Breaking the Web of Trust

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With all the discussion about SHA-1 weaknesses and generation of new OpenPGP keys going on there's some concern about how the web of trust will be affected. I'm particularly interested in the impact on Debian; while it's possible to add new keys and keep the old ones around that hasn't worked so well for us with the migration away from PGPv3 keys. We still have 125 v3 keys left, many of them for users who also have a v4 key but haven't asked for the v3 key to be removed or responded to my email prodding them about it. I don't want to repeat that.

So if we're looking at key replacement we need to have some idea about where our Web of Trust currently stands, and what effect various changes might have on it. I managed to find the keyrings Debian shipped all the way back to slink and ran the keyanalyze and cwot stats against them. I then took the current keyring, pull in all the updates for the keys in it (so that any signatures from newly generated keys would be included) and ran the stats again. Finally I took details of 12 key migrations (mostly from Debian Planet but also a couple of others I knew about) and calculated what the effect of removing each key would be. These stats are cumulative and I replaced the most well connected (by centrality) keys first.

The results are below.

  • Total is the total number of keys in the keyring
  • SCS is the largest Strongly Connected Subset
  • Reachable is the largest reachable subset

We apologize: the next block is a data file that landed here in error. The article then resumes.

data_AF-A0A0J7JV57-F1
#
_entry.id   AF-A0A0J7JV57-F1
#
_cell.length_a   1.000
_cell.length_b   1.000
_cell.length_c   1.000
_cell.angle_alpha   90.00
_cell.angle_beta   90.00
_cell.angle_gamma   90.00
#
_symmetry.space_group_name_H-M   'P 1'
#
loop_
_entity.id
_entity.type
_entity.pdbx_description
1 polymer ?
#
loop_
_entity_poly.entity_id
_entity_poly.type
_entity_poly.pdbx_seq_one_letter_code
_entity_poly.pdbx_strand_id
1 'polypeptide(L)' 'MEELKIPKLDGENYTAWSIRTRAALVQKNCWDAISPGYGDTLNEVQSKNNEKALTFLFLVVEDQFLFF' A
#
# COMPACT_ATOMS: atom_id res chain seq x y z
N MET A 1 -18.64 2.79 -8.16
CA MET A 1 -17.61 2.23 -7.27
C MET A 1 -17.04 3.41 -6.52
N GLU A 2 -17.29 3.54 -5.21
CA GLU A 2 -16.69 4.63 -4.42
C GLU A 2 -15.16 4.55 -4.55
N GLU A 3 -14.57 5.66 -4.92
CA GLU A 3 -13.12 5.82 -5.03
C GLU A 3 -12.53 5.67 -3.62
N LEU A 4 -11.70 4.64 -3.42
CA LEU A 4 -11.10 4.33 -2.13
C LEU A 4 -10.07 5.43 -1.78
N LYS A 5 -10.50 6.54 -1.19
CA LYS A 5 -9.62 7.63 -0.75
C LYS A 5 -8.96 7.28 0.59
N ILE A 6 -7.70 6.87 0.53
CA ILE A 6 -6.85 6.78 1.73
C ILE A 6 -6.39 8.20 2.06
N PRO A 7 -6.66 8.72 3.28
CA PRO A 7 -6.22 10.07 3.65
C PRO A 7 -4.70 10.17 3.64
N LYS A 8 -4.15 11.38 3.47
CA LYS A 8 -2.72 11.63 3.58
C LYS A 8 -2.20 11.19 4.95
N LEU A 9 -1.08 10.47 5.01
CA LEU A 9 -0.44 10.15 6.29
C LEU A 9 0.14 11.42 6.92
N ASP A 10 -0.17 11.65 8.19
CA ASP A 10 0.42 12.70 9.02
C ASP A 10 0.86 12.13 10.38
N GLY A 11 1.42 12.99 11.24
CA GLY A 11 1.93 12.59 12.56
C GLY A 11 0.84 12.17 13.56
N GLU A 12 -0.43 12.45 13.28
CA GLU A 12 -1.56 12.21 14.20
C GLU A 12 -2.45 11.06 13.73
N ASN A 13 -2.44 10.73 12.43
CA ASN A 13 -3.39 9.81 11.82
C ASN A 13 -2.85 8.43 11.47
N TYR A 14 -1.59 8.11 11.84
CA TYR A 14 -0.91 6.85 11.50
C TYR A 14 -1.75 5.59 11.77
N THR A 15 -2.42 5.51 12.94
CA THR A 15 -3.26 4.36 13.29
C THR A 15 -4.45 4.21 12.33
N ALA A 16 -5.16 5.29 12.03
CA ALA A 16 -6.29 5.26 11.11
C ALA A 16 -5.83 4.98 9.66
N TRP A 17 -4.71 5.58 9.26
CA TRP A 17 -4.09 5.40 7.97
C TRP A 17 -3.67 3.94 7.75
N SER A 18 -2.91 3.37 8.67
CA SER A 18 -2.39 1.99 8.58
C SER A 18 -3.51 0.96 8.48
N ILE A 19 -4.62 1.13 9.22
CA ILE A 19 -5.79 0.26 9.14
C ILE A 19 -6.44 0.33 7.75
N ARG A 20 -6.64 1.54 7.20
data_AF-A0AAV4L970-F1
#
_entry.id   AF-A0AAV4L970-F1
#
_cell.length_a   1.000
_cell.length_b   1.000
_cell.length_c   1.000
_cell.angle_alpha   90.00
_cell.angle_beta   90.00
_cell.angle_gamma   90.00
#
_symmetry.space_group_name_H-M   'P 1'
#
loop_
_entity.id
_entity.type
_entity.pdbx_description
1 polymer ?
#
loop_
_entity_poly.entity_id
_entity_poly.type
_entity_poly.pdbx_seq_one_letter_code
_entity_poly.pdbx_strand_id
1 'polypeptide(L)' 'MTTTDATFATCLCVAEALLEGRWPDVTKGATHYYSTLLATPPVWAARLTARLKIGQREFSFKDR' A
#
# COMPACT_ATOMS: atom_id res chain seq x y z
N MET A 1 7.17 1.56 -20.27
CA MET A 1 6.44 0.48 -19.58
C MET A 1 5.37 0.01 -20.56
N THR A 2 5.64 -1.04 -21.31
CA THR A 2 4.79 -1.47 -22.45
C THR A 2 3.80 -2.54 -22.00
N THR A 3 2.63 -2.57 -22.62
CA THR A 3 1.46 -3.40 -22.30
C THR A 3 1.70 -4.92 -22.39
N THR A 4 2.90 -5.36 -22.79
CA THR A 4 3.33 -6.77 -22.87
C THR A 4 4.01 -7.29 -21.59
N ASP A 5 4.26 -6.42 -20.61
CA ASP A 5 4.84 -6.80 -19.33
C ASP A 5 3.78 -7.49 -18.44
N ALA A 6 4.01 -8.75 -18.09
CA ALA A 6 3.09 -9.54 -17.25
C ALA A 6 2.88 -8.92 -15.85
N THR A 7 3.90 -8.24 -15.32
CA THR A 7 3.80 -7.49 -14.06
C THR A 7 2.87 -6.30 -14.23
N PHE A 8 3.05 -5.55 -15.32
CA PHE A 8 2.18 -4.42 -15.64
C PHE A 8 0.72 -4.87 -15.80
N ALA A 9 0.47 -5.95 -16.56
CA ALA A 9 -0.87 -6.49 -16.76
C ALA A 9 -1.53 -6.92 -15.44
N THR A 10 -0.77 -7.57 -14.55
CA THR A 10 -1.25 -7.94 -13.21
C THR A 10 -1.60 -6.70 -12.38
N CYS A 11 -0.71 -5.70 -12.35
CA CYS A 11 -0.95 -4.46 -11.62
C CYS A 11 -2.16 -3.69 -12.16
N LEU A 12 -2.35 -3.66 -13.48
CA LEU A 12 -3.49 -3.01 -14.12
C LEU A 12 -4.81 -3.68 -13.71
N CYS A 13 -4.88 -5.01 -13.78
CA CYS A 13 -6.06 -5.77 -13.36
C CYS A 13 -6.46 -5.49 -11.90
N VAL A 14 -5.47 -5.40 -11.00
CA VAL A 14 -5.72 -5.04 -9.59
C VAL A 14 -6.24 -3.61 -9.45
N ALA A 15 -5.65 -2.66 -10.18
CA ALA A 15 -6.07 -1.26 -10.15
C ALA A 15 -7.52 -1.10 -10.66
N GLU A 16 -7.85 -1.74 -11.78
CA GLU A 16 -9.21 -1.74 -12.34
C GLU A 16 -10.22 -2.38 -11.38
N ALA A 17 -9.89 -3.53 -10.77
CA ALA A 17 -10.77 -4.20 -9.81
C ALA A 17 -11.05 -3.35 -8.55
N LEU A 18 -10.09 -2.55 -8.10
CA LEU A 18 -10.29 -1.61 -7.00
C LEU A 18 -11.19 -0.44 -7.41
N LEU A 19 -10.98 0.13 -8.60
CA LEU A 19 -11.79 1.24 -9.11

• MSD is the Mean Shortest Distance
  • Centrality is the average centrality for the reachable subset
  • update-foo indicates that foo's key was replaced with a newer one
TotalSCSReachableMSDCentrality
1999-02-06 (slink)22836(15.78%)50 (21.92%)2.9022
2000-01-03 (potato)375104 (27.73%)180 (48.00%)4.3382
2001-09-22 (woody)948538 (56.75%)704 (74.26%)4.73202008.6249
2005-05-28 (sarge/etch) 1106883 (79.83%)969 (87.61%)3.34852074.6604
2007-12-0411911001 (84.04%)1062 (89.16%)3.11032113.3747
2009-01-18 (lenny)1126947 (84.10%)1010 (89.69%)3.04891941.2594
2009-04-04 (squeeze/sid)1121946 (84.38%)1008 (89.91%)3.04661936.9761
2009-05-06 (current)1067894 (83.78%)958 (89.78%)2.96701759.4363
TotalSCSReachableMSDCentrality
base1067904 (84.72%)959 (89.87%)2.96401776.4389
update-93sam1067902 (84.53%) 958 (89.78%)2.97341780.9874
update-joerg1067900 (84.34%) 958 (89.78%)2.97761780.7578
update-aurel321067898 (84.16%) 957 (89.69%)2.98031779.2497
update-noodles1067896 (83.97%) 956 (89.59%)2.98311777.8326
update-jaldhar1067896 (83.97%) 955 (89.50%)2.98551779.9193
update-srivasta1067896 (83.97%) 955 (89.50%)2.99041784.3382
update-ana1067895 (83.88%) 954 (89.40%)2.99261784.3102
update-nobse1067893 (83.69%) 953 (89.31%)2.99471782.2392
update-neilm1067892 (83.59%) 951 (89.12%)2.99741782.6098
update-reg1067891 (83.50%) 950 (89.03%)2.99771780.8515
update-rmayorga1067890 (83.41%) 949 (88.94%)2.99841779.4910
update-evgeni1067889 (83.31%) 948 (88.84%)2.99741776.6445

This is actually more hopeful than I thought. There's an obvious weakening as a result of the migrations, but the MSD stays under 3 and the centrality stays fairly constant too. The reachable/SCS counts do decrease, but at this point it looks fairly linear rather than an instant partition. Of course the more keys that are removed the more likely this is to drop off suddenly. Counteracting that DebConf9 is coming up which will provide a good opportunity for normally geographically disperse groups to cross sign, reinforcing the WoT for these new keys.

Either way I at least have a better handle on the current state of play, which gives me something to work with when thinking about how to proceed. For now, bed.

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2 Comments

Did you also import those old keyrings into jetring/bzr/git?

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This page contains a single entry by Jonathan McDowell published on May 13, 2009 11:28 PM.

Adventures with an Intel G41 and KMS was the previous entry in this blog.

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